Don't be ridiculous, he's clearly human. Just look at his human lip, and his human laser!
Robot News Anchor: A massive search party is searching for the missing Secret Angel Princess-Princess as well as GOFOTRON's right arm. Our prayers go out for them both. But more for Secret Angel since she's a person and GOFOTRON's arm is a thing. But then again, I'm a thing, so who cares. Nobody cares about us things.
Master Payne: The Muses were renowned as miraculous, beautiful machines — but few would believe they were truly aware. And maybe they're not. It would certainly be easier to create machines that merely simulate emotion. However ... even if her grief is artificial, it is destroying her.
Dr. Robot in The Incredible and Awe Inspiring Serial Adventures of the Amazing Plama-Man not only seems to have an almost sociopathic sense of humor, but is also evil, both of which are decidedly human traits.
Some of the robots in Schlock Mercenary are like this, especially the construction drones. They can even feel pain, although that's justified:
"Pain will help us cut maintenance costs." You didn't mention how much it would hurt.
Bob and George plays this trope even straighter than Mega Man in the name of comedy with robots, Mega Man in particular, being capable of eating ice cream, getting drunk and vomiting.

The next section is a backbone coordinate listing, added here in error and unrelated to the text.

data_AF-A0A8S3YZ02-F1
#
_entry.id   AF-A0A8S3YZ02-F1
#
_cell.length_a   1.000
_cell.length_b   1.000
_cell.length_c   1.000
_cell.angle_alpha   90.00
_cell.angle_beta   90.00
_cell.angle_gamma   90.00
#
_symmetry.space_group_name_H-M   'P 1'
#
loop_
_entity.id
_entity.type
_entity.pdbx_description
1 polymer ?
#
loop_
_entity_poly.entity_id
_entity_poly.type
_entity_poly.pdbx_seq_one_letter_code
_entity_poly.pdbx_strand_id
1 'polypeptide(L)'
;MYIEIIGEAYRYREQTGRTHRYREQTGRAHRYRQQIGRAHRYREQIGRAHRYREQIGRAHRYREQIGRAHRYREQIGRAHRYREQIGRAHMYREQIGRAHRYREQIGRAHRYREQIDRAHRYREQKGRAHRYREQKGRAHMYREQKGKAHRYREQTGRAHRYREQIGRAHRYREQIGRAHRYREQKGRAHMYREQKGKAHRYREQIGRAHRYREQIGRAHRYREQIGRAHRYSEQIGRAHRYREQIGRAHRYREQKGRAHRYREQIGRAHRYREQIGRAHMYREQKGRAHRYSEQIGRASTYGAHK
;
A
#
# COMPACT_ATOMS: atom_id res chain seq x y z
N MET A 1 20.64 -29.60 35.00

Nicki in Times Like This acts human enough to be actually mistaken for a human.
Stephanie in Groovy, Kinda is a robot that can actually drink... and get drunk.
Never Mind the Gap is an unusually hard and justified example. The comic is about a town inhabited by a mix of humans and Ridiculously Human Robots, which are almost exactly like humans personality-wise (though obviously robotic in appearance). They have to go through a very human-like childhood as they mature, and can become romantically involved with each other and with humans. The explanation is that in this universe, AI researchers found no way to make an AI with human-level intelligence except for modelling the AI very closely on the human mind, and also giving it a fairly humanoid body. Every attempt to make a less human-like AI either failed or resulted in insanity. Intelligent robots were initially found to be useful for a variety of tasks, which explains why people bothered to build them, but eventually, predictably, they wanted to be treated as people; the comic is set in a time and place where they've largely won this fight, and so now they no longer need to be "useful," as such, other than as equal members of society. It's notable that there are also non-human-like "smart" devices and non-humanoid robots in this setting, but their intelligence and abilities are limited. The Ridiculously Human Robots are realistic in other ways — for instance, the complexities and limitations of their humanoid bodies, and the associated maintenance costs, are explicitly addressed.
The possibility of non-human robots is contemplated with the uplifted octopi, who could possibly make robots modeled after their own mind.
Tentadora from Zoophobia: At first, she looks like she might be human or at least, some humanoid creature, knowing the setting. But then she changes to a more robotic look, revealing herself to be a robot with a ridiculously humanoid form.